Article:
How to write a Flight Delay Compensation Letter
It can be extremely frustrating when you have arrived at the airport on time, checked in, gone through security and picked up your coffee only to find out that your flight is delayed by hours rather than minutes. While this is never enjoyable for anyone, at least there is a possibility that you can take action against the airline by writing a Flight Delay Letter and receive compensation for the delay and inconvenience you have had to go through.
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First, whether or not you can receive this compensation depends on the reason for the delay of your particular flight. If it was due to 'extraordinary circumstances' or anything out of the airlines control, you will not be compensated as there is nothing the airline could reasonably have done to prevent the delay. This would include things like severe weather, political instability or strikes. If your airline is not flying due to poor weather conditions but other airlines from the same airport are, you can challenge the airline in such an event.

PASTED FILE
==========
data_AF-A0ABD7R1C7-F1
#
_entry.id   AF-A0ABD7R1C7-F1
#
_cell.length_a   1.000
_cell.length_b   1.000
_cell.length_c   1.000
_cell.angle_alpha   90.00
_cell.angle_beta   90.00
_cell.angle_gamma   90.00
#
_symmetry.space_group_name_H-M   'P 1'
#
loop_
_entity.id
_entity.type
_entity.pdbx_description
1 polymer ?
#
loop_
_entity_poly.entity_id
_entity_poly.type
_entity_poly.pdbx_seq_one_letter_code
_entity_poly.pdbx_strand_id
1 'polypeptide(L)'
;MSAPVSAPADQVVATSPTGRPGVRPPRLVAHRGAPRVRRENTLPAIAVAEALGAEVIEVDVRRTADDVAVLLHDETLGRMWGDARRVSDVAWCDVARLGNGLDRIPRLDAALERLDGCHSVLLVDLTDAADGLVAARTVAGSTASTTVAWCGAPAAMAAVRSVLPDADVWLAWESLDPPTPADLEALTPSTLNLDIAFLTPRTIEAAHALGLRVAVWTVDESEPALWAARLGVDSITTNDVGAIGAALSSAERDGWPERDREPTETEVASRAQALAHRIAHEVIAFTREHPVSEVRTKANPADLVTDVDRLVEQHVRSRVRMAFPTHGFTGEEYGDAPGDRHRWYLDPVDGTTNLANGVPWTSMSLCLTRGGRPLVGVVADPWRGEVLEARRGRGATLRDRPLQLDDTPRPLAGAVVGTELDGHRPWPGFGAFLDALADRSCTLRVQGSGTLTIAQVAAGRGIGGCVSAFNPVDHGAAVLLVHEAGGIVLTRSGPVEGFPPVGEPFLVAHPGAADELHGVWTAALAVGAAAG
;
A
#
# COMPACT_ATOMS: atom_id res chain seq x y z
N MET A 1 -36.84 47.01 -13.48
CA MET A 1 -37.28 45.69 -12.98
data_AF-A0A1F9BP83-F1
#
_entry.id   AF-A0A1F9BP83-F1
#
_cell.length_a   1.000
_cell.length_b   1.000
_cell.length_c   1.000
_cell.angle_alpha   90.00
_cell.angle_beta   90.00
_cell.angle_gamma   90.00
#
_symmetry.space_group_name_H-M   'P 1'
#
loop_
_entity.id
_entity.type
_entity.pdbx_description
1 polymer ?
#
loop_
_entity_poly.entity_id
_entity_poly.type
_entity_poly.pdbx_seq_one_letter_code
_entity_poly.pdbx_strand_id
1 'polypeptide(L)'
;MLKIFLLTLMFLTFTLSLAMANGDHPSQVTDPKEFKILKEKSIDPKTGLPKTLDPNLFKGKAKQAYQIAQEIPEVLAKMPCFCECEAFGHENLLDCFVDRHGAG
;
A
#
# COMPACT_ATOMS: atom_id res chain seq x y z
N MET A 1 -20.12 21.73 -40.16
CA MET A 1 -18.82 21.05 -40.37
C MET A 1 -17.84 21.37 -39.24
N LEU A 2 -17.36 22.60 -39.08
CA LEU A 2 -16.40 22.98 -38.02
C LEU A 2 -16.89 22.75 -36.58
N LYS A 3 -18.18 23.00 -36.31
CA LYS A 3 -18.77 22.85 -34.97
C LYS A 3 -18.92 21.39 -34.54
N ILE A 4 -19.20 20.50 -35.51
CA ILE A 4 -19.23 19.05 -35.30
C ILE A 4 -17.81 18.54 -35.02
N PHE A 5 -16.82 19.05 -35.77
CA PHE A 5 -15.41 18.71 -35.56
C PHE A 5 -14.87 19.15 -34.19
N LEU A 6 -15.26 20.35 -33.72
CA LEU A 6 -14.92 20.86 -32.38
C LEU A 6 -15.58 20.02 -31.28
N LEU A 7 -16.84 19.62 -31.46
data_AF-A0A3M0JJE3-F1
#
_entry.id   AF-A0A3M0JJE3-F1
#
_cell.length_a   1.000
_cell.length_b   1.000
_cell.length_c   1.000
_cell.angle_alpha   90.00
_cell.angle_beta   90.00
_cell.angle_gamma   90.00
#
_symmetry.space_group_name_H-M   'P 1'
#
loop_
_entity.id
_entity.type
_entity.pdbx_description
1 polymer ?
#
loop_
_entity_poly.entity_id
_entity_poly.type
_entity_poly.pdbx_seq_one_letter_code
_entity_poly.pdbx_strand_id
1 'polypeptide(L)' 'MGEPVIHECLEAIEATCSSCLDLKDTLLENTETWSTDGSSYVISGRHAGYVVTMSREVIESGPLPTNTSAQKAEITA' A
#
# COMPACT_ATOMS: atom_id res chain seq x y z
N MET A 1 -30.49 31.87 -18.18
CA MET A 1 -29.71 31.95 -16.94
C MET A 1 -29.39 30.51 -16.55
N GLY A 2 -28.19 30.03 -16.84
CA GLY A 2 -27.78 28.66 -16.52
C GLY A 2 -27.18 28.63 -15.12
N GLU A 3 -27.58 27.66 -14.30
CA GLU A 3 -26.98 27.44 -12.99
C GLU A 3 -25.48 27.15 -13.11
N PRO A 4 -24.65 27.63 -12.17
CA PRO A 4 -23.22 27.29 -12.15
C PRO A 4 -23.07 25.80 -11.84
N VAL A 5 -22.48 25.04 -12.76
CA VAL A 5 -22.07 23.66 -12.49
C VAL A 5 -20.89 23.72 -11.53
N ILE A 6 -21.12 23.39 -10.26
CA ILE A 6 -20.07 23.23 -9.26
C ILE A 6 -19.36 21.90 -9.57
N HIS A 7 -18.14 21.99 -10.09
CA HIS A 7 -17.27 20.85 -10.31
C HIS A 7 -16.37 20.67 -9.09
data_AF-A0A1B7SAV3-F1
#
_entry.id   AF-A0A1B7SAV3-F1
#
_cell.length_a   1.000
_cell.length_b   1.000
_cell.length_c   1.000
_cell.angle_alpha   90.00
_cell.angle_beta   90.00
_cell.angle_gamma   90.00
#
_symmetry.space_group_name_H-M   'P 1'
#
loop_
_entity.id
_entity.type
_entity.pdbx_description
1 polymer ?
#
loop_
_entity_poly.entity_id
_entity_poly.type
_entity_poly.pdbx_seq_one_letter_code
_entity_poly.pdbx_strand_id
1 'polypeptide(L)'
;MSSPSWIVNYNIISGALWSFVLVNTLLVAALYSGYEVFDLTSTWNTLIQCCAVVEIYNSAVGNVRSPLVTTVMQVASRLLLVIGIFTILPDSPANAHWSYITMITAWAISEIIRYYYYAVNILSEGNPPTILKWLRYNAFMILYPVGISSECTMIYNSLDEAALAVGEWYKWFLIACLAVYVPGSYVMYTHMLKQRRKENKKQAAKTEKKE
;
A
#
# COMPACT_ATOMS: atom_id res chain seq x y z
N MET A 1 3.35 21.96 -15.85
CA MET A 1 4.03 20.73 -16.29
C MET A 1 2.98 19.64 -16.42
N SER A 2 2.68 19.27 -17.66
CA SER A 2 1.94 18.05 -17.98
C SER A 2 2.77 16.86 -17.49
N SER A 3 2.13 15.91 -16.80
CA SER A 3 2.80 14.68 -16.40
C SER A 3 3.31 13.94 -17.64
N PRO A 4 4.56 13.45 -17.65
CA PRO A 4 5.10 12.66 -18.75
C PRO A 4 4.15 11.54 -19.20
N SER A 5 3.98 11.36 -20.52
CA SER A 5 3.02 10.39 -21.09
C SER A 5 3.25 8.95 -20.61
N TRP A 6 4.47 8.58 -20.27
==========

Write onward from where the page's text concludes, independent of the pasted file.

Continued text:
Second, to receive compensation you need to either be travelling with a EU based airline or a non-EU airline that is departing from a EU airport, the delay needs to have been more than 2 hours and your destination more than 932 miles. You also need to have confirmed your booking and checked in on time to have your claim considered.
Third, your delay compensation letter needs to include a number of important pieces of information. You will need to include that under the EU Denied Boarding Regulation 261/2004 that you, the passenger, are entitled to compensation as well as including your:
For a guide when writing your letter, visit which.co.uk where you can view a full template.
The expected amount of compensation will also vary depending on the distance and the length of the delay. If, for example, you are on a flight that is more than 3,500km and the delay was more than 4 hours, you are entitled to €600. To read a more comprehensive list of the entitled compensation, visit your airlines web page on their Conditions of Carriage.